Juventus legend Claudio Marchisio has told Man Utd midfielder Paul Pogba to leave England and make a dramatic return to Turin.
Pogba is currently in the midst of a media frenzy surrounding his future at the club.
France manager Didier Deschamps recently said that the player ‘cannot be happy’ with his situation at United.
The 27-year-old has been benched on occasions by manager Ole Gunnar Solskjaer.
He’s also failed to impress United fans when he has started matches.
Marchisio has now revealed his take on Pogba’s next career move.
Replying to a tweet from the player, Marchisio said: “Please Paul Pogba. Come to Juventus. You will be happy again. Me too. #tilltheend.”
The comment will only intensify rumours about Pogba’s future.
He has been linked with a return to Juventus in the past, where he is seen as a club hero.
Whilst playing in Turin, he won four consecutive league titles between 2012 and 2016.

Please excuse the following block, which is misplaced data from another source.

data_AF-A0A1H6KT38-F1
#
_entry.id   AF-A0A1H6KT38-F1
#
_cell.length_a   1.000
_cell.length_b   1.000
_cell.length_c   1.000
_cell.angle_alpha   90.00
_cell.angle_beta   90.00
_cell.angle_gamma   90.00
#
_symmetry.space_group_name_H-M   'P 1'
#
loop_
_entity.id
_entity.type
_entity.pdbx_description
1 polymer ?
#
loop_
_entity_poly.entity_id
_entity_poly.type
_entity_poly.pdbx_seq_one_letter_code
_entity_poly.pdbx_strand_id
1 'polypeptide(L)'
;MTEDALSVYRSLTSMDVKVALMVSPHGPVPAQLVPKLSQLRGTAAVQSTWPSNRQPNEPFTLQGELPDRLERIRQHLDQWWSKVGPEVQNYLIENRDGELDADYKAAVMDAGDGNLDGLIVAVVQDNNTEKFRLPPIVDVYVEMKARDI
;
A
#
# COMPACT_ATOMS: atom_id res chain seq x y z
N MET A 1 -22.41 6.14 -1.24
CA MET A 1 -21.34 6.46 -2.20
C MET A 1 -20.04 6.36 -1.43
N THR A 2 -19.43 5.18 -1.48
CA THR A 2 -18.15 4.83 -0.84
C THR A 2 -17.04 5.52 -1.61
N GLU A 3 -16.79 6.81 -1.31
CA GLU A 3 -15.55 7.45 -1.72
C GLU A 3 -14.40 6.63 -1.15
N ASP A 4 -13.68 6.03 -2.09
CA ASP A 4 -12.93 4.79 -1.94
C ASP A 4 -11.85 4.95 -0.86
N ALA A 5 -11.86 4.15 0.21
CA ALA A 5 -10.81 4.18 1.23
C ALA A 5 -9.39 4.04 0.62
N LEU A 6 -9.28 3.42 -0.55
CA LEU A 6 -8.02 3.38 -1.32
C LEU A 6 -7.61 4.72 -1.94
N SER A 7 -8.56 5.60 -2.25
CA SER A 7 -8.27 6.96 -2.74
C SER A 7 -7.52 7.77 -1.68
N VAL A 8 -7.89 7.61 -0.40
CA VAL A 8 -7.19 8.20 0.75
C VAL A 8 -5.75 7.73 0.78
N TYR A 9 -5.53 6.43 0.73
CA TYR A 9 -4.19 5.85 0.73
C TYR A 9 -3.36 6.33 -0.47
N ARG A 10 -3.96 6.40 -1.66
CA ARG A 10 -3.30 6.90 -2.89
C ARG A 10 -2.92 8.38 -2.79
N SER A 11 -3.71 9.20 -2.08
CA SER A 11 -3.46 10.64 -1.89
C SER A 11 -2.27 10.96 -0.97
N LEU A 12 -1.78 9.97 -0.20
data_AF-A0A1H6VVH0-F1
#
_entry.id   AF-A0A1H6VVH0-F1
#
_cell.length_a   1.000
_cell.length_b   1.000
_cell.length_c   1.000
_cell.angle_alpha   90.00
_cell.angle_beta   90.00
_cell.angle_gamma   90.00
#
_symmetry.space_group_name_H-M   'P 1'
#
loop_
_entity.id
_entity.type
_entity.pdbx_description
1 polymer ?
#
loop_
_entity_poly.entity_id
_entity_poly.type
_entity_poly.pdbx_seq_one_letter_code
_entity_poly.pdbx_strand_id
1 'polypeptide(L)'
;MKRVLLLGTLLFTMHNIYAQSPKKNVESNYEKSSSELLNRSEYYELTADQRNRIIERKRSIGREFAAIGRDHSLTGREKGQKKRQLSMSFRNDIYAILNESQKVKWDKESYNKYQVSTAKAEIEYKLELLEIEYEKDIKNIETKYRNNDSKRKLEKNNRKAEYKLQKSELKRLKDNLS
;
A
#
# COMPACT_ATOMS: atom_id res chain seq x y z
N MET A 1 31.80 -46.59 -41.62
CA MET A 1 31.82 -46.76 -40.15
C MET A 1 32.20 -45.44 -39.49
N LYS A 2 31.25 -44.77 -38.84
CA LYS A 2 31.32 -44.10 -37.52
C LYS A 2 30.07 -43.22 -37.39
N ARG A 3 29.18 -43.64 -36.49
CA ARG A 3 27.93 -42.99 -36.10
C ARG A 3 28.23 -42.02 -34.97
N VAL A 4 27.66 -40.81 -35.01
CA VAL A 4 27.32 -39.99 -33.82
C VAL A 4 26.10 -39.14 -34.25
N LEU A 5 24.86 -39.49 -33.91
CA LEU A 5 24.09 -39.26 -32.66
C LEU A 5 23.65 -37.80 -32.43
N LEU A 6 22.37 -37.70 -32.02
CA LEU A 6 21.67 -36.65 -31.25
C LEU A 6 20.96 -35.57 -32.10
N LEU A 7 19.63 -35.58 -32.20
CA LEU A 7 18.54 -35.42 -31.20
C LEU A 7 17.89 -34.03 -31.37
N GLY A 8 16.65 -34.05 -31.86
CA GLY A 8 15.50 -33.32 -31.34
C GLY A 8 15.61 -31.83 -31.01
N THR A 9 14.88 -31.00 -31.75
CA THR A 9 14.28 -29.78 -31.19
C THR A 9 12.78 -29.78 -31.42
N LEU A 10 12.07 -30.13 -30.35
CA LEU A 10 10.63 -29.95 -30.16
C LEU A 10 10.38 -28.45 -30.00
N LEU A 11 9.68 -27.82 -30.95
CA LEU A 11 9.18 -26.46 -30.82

He also won two Coppa Italia titles and two Italian super cups.
He made the £89 million switch to Old Trafford back in August 2016. That made him the world’s most expensive player at the time.
But things haven’t always been rosy in Manchester. The player has suffered from plenty of character attacks by pundits and has performed below par in plenty of matches.
He’s previously revealed that this is one of his darkest times as a United player. Pogba has had to face the arrival of both Bruno Fernandes and Donny van de Beek, who play in similar positions.
Deschamps has tried to help Pogba’s confidence with France.
The manager said: “He’s not in his best form, of course. I knew that before the game.
“This match was meant to give him some rhythm. He knew that he would only play for an hour.
“It’s hard to remember to be positive. Obviously, he’s not in one of his better periods.
“Like all players who have a club situation that is not positive, they are also impacted mentally. I know him well enough and it can happen at some points.”
Just about all of the greatest uncapped Premier League players ever were pursued by England. And only four of them were English.